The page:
APIs allow products and services to communicate with each other and have become essential to digital transformation projects as they make it easy to open up application data and functionality to third-party developers and business partners, or to departments within the enterprise.
Where legacy systems are involved though it's often necessary to modernize the API infrastructure to ensure things work smoothly and this can lead to serious challenges, especially where security is concerned.
We spoke to Shahar Binyamin, CEO at GraphQL security firm Inigo, to find out more about how enterprise developers, DevOps professionals and security architects can meet these challenges head on.
BN: At a high level, how big a problem is API security right now for enterprises?
SB: Enterprises are increasingly harnessing API connectivity to deliver new capabilities and user experiences more rapidly, but the security around those API integrations has become a growing concern. Wherever businesses rush in to capitalize on the benefits of myriad API connections without grounding their implementations in solid security practices from the beginning, attackers are now all but certain to take advantage of those shortcomings. A recent report on API security from Salt Labs bears this out, finding a 681 percent increase in API attacks over the past year, with 95 percent of enterprises suffering an API security incident during that same time period.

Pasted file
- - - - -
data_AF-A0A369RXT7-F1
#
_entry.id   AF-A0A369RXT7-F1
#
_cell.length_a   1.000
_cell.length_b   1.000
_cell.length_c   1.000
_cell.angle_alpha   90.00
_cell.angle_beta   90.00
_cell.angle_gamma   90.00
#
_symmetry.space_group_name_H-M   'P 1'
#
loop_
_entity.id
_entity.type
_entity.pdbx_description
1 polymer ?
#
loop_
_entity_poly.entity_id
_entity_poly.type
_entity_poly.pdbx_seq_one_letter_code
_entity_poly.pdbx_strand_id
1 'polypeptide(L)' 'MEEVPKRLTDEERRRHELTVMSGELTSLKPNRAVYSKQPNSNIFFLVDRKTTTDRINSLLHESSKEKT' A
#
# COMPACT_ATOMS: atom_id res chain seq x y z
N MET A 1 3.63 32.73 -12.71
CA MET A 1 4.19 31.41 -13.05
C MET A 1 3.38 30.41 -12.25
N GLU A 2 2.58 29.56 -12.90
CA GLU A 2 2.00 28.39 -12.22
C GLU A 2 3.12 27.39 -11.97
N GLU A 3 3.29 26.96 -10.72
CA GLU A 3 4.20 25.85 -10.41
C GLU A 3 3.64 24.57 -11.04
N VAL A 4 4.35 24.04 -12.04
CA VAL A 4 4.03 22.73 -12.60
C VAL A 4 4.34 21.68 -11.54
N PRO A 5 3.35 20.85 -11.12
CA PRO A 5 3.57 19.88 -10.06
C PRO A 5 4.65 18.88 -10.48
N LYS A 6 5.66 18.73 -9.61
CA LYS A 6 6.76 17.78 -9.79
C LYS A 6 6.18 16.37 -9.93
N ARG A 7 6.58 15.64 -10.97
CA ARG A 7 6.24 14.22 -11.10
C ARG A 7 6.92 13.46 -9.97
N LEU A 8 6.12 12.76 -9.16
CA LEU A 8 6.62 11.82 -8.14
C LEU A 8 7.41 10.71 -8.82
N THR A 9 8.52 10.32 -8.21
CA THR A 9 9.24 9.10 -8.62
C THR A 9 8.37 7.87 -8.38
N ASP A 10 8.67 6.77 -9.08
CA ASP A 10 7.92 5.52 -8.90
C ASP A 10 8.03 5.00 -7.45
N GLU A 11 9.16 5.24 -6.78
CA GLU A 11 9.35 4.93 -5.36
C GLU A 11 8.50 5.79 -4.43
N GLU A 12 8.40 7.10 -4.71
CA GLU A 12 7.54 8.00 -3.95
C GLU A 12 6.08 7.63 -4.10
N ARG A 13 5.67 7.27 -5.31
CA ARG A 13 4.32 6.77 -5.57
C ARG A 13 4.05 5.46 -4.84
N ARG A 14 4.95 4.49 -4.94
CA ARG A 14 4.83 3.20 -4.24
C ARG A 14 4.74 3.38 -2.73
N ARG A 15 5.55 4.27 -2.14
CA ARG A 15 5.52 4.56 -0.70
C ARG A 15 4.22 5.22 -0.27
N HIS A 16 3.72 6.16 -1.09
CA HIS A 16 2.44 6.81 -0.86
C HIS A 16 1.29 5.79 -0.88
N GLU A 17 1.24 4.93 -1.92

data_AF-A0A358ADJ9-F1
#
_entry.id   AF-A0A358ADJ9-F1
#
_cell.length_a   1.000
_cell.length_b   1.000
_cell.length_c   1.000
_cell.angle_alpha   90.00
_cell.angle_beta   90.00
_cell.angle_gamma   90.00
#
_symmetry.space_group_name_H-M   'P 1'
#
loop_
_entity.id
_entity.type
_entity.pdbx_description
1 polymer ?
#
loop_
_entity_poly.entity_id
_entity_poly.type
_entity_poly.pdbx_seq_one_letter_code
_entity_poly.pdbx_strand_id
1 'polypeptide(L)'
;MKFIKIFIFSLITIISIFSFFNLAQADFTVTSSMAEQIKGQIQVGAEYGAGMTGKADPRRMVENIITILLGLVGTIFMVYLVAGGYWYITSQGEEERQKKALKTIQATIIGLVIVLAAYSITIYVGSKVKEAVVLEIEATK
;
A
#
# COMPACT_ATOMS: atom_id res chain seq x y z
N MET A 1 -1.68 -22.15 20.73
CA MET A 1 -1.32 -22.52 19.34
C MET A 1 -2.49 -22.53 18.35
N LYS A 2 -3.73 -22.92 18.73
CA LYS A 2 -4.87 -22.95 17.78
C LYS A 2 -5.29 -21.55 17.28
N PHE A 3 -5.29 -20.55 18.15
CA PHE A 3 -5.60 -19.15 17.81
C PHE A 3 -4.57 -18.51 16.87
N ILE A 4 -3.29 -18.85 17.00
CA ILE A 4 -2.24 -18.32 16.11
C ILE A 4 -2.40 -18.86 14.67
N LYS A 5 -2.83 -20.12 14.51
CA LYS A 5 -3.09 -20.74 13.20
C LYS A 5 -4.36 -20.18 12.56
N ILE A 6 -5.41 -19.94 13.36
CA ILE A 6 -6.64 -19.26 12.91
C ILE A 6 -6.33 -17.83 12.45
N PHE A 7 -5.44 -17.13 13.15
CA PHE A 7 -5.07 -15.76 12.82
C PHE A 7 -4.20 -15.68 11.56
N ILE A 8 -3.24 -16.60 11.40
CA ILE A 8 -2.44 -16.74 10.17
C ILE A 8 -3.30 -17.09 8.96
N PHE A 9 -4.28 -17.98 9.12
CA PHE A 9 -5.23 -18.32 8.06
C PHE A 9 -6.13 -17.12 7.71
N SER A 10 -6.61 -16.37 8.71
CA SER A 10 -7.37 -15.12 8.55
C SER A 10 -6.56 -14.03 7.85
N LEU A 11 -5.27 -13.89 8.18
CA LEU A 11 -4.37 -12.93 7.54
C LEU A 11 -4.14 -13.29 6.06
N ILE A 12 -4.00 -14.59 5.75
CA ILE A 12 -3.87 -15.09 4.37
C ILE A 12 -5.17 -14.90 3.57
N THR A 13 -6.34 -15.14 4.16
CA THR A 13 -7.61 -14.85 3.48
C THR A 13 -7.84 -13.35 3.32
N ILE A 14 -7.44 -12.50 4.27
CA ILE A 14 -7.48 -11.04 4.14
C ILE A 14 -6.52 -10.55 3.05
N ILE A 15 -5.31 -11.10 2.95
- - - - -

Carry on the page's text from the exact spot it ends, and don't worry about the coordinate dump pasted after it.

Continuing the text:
BN: What makes API implementations such an attractive attack surface?
SB: For attackers, there's a lot to like about targeting APIs as a path to infiltrating systems and breaching sensitive data. Nefarious clients can bombard API registration endpoints, attempt account enumeration to determine valid user information, make repeated login attempts, and tamper with parameters of interest. Against systems with weak access controls, an attacker that gains a foothold via an API exploit can escalate their access and potentially have the run of an enterprise’s data and services.
APIs are also a juicy target simply because many enterprises aren't defending them properly. The same Salt Labs report finds that 34 percent of enterprises have no API security strategy in place to speak of, and a sobering 85 percent confess that their current tools aren't effective at stopping API attacks. Unfortunately, API business logic offers complex avenues of attack that most traditional protections are ill-equipped to address, putting enterprises that haven’t prioritized API security in peril.
BN: As enterprises migrate from REST APIs to GraphQL, how does that affect or change their security strategy?
SB: GraphQL is a particularly advantageous upgrade over traditional REST API shortcomings. The open source data query and manipulation language for APIs enables enterprise developers to create faster and more stable applications that control their own data directly. That said, keeping GraphQL safe from attackers calls for a similar upgrade on the security front. In many cases, that hasn't happened.